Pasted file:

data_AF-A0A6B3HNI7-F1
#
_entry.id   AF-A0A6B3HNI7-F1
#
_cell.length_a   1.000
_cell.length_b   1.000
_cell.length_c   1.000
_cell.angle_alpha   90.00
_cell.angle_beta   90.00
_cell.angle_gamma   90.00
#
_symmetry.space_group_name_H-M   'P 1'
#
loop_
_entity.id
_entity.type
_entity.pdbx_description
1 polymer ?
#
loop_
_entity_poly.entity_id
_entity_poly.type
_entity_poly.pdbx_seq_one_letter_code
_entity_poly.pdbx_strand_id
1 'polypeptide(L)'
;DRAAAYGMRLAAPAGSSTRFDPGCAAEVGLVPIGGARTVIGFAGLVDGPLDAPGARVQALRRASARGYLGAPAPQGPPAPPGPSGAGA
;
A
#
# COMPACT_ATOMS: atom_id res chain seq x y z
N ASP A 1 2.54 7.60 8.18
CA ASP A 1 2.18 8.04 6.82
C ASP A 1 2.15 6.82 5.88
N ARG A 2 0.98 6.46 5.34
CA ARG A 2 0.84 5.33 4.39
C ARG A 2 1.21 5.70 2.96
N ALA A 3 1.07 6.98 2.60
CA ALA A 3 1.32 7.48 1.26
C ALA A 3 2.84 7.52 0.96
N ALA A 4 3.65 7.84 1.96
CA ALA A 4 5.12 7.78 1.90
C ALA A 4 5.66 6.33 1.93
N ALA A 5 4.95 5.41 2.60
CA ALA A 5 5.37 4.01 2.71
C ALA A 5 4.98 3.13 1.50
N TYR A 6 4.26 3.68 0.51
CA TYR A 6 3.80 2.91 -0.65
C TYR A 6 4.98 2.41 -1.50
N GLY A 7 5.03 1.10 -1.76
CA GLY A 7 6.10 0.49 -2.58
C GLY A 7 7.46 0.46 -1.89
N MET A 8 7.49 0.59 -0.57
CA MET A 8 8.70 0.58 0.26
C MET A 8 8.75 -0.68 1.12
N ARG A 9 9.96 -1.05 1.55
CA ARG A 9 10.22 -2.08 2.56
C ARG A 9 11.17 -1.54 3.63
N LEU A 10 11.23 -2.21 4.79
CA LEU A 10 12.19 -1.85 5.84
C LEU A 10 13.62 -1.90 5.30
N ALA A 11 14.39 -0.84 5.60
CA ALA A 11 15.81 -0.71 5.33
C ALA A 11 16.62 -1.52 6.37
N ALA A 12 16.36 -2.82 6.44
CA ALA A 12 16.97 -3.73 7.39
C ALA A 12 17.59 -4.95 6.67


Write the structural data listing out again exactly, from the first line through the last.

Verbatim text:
data_AF-A0A6B3HNI7-F1
#
_entry.id   AF-A0A6B3HNI7-F1
#
_cell.length_a   1.000
_cell.length_b   1.000
_cell.length_c   1.000
_cell.angle_alpha   90.00
_cell.angle_beta   90.00
_cell.angle_gamma   90.00
#
_symmetry.space_group_name_H-M   'P 1'
#
loop_
_entity.id
_entity.type
_entity.pdbx_description
1 polymer ?
#
loop_
_entity_poly.entity_id
_entity_poly.type
_entity_poly.pdbx_seq_one_letter_code
_entity_poly.pdbx_strand_id
1 'polypeptide(L)'
;DRAAAYGMRLAAPAGSSTRFDPGCAAEVGLVPIGGARTVIGFAGLVDGPLDAPGARVQALRRASARGYLGAPAPQGPPAPPGPSGAGA
;
A
#
# COMPACT_ATOMS: atom_id res chain seq x y z
N ASP A 1 2.54 7.60 8.18
CA ASP A 1 2.18 8.04 6.82
C ASP A 1 2.15 6.82 5.88
N ARG A 2 0.98 6.46 5.34
CA ARG A 2 0.84 5.33 4.39
C ARG A 2 1.21 5.70 2.96
N ALA A 3 1.07 6.98 2.60
CA ALA A 3 1.32 7.48 1.26
C ALA A 3 2.84 7.52 0.96
N ALA A 4 3.65 7.84 1.96
CA ALA A 4 5.12 7.78 1.90
C ALA A 4 5.66 6.33 1.93
N ALA A 5 4.95 5.41 2.60
CA ALA A 5 5.37 4.01 2.71
C ALA A 5 4.98 3.13 1.50
N TYR A 6 4.26 3.68 0.51
CA TYR A 6 3.80 2.91 -0.65
C TYR A 6 4.98 2.41 -1.50
N GLY A 7 5.03 1.10 -1.76
CA GLY A 7 6.10 0.49 -2.58
C GLY A 7 7.46 0.46 -1.89
N MET A 8 7.49 0.59 -0.57
CA MET A 8 8.70 0.58 0.26
C MET A 8 8.75 -0.68 1.12
N ARG A 9 9.96 -1.05 1.55
CA ARG A 9 10.22 -2.08 2.56
C ARG A 9 11.17 -1.54 3.63
N LEU A 10 11.23 -2.21 4.79
CA LEU A 10 12.19 -1.85 5.84
C LEU A 10 13.62 -1.90 5.30
N ALA A 11 14.39 -0.84 5.60
CA ALA A 11 15.81 -0.71 5.33
C ALA A 11 16.62 -1.52 6.37
N ALA A 12 16.36 -2.82 6.44
CA ALA A 12 16.97 -3.73 7.39
C ALA A 12 17.59 -4.95 6.67